The Government of Canada has done testing to help ensure accessibility standards are met and focused on the performance of mobile screen readers (testing: VoiceOver, TalkBack, Zoom, Colour Ratio, etc) and other assistive technology tools.

The Job Bank team is new to the mobile app space and so they invite you to try the app and suggest improvements. You can send your feedback through the in-app Contact Us feature or via this link. Your general feedback on Job Bank’s services to the disability community will also be welcomed on

The app is available on Google Play and the App Store.

Please also share this with your networks and encourage them to use it and to provide feedback.

For more information about how Job Bank services can help people with disabilities find employment and help employers hire persons with disabilities, you can visit:

And, as always, we encourage you to follow @AccessibleGC on Twitter, Accessible Canada on Facebook and follow the hashtag #AccessibleCanada and #AccessAbility for the latest information.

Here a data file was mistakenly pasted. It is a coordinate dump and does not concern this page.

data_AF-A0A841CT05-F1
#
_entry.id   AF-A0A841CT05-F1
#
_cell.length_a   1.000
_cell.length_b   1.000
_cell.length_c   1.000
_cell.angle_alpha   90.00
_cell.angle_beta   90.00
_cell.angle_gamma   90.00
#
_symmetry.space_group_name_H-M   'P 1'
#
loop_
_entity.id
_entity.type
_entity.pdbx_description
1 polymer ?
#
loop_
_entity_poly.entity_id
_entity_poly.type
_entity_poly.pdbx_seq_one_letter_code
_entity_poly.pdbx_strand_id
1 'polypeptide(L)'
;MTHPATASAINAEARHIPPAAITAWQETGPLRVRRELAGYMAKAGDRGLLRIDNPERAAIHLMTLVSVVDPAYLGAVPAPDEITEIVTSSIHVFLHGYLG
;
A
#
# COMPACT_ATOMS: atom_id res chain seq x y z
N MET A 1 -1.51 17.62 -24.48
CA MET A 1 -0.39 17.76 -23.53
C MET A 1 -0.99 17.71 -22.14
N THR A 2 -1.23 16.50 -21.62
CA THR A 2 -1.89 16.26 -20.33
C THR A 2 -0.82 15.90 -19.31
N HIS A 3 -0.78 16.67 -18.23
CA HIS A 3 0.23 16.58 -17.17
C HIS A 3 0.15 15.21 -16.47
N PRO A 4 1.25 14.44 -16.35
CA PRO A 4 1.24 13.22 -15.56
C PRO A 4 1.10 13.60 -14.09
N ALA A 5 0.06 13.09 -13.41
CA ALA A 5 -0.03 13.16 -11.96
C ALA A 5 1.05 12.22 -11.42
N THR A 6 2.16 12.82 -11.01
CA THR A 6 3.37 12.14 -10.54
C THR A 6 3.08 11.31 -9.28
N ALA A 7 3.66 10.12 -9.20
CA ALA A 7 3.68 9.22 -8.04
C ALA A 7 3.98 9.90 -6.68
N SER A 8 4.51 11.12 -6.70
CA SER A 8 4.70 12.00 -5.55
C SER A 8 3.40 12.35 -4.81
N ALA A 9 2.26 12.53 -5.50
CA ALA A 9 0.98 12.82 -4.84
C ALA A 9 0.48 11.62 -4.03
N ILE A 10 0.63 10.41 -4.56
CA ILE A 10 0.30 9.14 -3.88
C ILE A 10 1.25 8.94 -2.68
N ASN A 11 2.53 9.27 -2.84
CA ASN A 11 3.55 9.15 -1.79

Krista Wilcox
Director General
Office of Disability Issues
Tel: 819-654-5577
Cell: 613-266-5676

Chers amis et collègues,

La présente vise à solliciter vos commentaires sur une nouvelle appli que le gouvernement du Canada a élaborée pour son Guichet-Emplois.

L’appli mobile aide les utilisateurs à trouver un emploi en offrant un accès complet aux possibilités d’emploi qui se trouvent sur le site Web du Guichet‑Emplois et comprend des fonctions mobiles comme la recherche géolocalisée par GPS et des notifications instantanées lorsque de nouveaux emplois correspondants deviennent disponibles. L’appli permet également de faire des recherches d’emploi personnalisées avec des filtres comme « personnes handicapées », « jeunes » et « Autochtones ».